TOMS RIVER – If you know a police officer, you’ll know that they’re never really “off duty.” They are trained to pick up on potential problems before they become worse.
So it should come as no surprise to hear a story about how Capt. William Herkert was going for a jog one day when he heard a girl screaming and went off to find her. She had fallen through the ice at Winding River Park. He coached her to stay above the water and helped coordinate the rescue when other first responders came.
That was probably the most dramatic story that could be told about Herkert. However, friends and loved ones had plenty of stories about the lives he touched in his career. He passed away from cancer at 65.
“There were countless lives he impacted,” said one of his closest friends Steven Henry, Police Chief of Bristol Borough, PA. In addition to his job as an officer, he was also an instructor, so his positive impact is tenfold.
“He was the consummate professional. As a supervisor, he was always looking after his people,” he said. “He was a true gentleman. He never had a bad word to say about anybody.”
His positive attitude was infectious, and people had no idea that he was as sick as he was, he said.
“Billy had been fighting cancer for at least 17 years,” he said. “I’d been in touch with him non-stop. You would never know, if you talked to him, that he was on his 12th round of chemo.”
In addition to his dedication to his job, he was devoted to his family, Henry said. He had been chief of Lewistown, PA. He took a demotion from that job to be a deputy chief at the College of Charleston in South Carolina because it was close to his daughter and grandchildren.
Herkert helmed the Lewistown police department after its split from a regional department, according to the Lewistown Sentinel.
Sheriff Michael Mastronardy was chief of Toms River police when Herkert was a captain. He called him a dedicated professional with a great work ethic. He was scheduled at one point to go to the FBI Academy.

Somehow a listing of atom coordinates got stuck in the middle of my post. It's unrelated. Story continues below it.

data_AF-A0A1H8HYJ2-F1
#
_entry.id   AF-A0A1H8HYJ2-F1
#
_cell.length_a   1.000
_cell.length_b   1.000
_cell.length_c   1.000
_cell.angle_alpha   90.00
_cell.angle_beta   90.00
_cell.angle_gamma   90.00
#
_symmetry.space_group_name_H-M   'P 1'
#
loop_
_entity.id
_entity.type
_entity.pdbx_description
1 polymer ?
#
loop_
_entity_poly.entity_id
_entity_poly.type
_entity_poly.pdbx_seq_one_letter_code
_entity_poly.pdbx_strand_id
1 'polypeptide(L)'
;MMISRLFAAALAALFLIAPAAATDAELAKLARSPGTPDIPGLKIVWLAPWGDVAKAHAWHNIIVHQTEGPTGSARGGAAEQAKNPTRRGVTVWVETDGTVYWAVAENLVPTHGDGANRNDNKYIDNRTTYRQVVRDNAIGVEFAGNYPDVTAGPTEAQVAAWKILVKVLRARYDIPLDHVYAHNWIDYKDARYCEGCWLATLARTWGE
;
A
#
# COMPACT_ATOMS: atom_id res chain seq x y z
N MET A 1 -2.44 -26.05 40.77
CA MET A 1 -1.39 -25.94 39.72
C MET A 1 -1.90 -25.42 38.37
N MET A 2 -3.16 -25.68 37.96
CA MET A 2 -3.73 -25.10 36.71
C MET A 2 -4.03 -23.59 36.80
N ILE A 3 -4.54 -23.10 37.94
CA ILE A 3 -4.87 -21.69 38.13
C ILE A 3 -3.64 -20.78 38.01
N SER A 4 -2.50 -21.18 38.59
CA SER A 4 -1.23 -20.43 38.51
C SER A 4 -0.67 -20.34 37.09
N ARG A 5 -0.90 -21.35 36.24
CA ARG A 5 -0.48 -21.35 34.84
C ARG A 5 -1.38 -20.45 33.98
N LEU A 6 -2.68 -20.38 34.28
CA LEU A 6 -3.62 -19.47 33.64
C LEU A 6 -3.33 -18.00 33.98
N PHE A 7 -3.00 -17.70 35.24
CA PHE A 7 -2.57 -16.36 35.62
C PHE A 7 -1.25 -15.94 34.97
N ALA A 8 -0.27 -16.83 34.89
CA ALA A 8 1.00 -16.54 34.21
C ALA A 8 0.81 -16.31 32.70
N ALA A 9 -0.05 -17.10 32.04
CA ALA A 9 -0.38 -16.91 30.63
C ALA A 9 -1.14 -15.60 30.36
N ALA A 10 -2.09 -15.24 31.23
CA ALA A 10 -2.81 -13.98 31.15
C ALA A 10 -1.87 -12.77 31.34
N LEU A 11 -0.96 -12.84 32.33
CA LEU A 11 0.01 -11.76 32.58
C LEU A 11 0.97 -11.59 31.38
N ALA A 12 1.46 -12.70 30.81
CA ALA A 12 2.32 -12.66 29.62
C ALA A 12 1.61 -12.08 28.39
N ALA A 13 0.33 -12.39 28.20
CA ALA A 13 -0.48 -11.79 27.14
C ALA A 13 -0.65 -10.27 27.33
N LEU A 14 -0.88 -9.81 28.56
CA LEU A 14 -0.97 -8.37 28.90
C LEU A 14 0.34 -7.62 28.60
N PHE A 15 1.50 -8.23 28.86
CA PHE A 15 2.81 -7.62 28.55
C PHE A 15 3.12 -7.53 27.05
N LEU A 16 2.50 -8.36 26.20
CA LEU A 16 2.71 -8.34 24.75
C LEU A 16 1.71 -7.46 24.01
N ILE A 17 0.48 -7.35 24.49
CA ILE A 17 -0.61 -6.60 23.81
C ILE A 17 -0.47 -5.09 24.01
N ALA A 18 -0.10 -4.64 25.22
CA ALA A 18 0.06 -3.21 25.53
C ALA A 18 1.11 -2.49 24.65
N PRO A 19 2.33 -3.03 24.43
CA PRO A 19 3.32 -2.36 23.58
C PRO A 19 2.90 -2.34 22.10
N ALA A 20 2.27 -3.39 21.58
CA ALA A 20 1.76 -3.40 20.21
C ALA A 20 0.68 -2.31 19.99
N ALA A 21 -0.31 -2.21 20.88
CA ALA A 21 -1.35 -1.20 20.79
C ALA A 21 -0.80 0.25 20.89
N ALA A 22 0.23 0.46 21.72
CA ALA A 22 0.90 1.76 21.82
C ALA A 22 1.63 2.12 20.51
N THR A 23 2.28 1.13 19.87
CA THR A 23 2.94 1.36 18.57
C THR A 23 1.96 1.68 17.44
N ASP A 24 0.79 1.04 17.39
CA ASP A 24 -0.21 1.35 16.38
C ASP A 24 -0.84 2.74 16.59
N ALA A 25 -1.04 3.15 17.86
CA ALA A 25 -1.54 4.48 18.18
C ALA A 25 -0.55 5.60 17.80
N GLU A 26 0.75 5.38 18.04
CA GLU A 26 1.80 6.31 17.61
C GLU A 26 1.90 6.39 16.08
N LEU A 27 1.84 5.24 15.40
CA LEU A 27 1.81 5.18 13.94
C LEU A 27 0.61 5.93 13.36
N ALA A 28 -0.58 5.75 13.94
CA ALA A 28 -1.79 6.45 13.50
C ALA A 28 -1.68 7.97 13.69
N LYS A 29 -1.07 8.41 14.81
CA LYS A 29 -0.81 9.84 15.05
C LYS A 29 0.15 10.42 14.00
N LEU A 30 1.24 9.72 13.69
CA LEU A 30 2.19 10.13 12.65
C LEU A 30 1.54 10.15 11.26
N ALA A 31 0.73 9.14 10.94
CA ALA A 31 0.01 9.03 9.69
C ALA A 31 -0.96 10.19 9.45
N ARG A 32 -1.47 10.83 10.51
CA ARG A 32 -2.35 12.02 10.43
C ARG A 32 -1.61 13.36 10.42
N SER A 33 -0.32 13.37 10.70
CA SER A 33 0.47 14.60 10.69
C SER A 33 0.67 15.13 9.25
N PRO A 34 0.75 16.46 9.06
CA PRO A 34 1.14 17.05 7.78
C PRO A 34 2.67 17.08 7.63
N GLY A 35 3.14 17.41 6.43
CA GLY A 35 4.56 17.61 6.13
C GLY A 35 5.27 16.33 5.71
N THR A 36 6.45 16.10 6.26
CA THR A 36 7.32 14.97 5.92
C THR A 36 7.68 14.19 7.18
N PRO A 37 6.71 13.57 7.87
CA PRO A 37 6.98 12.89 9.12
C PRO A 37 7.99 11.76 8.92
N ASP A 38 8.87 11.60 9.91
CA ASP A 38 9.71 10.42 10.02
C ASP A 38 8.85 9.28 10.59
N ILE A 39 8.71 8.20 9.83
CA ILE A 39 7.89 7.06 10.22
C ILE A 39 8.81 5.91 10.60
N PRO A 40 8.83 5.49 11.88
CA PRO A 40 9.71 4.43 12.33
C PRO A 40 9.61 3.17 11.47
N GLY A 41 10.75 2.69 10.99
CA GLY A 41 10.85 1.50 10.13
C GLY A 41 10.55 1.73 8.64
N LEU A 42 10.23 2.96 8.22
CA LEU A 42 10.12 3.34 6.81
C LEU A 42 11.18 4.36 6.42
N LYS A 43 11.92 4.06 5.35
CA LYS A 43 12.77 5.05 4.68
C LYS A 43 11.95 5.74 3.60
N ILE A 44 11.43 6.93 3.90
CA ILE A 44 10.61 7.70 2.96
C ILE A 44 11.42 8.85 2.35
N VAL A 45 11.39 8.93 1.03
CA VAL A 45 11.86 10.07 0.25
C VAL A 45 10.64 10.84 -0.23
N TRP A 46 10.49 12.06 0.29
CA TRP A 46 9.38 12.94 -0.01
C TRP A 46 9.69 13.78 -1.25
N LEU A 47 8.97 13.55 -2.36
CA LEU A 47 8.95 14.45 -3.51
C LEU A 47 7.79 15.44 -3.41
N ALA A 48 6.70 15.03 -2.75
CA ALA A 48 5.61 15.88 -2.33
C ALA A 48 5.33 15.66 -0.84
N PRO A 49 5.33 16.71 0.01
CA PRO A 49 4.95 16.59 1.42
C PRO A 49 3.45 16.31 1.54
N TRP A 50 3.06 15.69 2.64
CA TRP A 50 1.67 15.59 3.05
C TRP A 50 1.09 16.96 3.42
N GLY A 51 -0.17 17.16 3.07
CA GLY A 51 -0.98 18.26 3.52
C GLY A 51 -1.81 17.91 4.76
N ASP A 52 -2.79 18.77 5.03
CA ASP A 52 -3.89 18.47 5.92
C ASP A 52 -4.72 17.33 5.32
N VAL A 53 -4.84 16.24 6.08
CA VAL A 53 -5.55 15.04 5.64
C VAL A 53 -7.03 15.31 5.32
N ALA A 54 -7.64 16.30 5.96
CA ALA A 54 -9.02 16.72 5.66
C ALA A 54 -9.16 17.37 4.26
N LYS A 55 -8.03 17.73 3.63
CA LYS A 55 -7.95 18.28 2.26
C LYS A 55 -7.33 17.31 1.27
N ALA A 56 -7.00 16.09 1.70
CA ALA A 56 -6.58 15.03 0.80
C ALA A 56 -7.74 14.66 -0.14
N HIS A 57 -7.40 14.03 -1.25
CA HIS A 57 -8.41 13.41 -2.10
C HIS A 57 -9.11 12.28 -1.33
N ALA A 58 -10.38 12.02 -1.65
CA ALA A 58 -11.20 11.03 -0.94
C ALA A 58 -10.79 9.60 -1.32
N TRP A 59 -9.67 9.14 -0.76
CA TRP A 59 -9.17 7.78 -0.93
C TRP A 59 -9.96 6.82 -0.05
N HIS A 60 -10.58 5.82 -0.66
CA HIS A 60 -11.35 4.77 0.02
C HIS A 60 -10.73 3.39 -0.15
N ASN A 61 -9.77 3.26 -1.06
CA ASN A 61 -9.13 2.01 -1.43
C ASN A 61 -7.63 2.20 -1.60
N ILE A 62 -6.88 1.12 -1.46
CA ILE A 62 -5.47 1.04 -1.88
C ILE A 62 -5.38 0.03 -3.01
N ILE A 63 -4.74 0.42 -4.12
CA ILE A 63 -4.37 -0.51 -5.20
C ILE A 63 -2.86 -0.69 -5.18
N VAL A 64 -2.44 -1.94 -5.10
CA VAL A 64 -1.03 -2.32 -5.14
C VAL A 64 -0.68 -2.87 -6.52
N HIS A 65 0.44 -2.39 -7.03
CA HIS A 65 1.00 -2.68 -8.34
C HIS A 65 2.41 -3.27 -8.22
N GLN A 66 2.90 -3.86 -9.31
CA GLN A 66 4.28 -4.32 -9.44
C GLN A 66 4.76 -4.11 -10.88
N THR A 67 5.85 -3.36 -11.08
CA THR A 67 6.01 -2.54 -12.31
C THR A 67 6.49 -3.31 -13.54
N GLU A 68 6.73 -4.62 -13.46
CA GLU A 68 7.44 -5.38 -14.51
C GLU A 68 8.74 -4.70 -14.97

“He always maintained a positive attitude. Billy was just a good professional in law enforcement. He loved being a cop,” he said.
His loss has been hard on those who knew him, Mastronardy said. Even those who knew he was sick couldn’t conceive of him being that sick because of how upbeat and active he was.
Current Toms River Police Chief Mitch Little also noted his strength in the face of adversity.
“During his time here his true passion was investigations and solving crimes and ultimately was put in charge of the patrol division. He was a mentor to many officers and staff who also went on to achieve much success in their careers,” Little said. “He was taken far too soon after a long battle with cancer. Even at the time of his original diagnosis and numerous treatments, he remained positive and never complained about his situation despite the seriousness of his condition and the ordeal he was going through. He will be missed.”
Monmouth County Sheriff Shaun Golden worked with Herkert in the Toms River Police Department.
“It was an honor to work with Bill at the Toms River Police Department,” Golden said on social media. “As he continued on to serve the public, it was great to visit with him on our family trips out to Penn State games while he was Chief of Police in Lewistown, PA and a teacher at (Penn State University).”
Golden’s son attends college where Herkert became the deputy and later interim chief, so the two had the opportunity to catch up with each other again. Golden called him a great mentor to his son and a tremendous help to his family.
The College of Charleston Department of Public Safety also released a statement of their own on social media on Chief Herkert’s passing.
“Chief Herkert dedicated multiple decades of his life to public service and law enforcement. He was a man of moral character and never hesitated to help others, having voluntarily come out of retirement on two separate occasions to heed the call for service,” they said. “His dedication to the job and his professionalism set a benchmark for others to follow. His leadership by example was exemplary. His presence and spirit are and will continue to be missed.”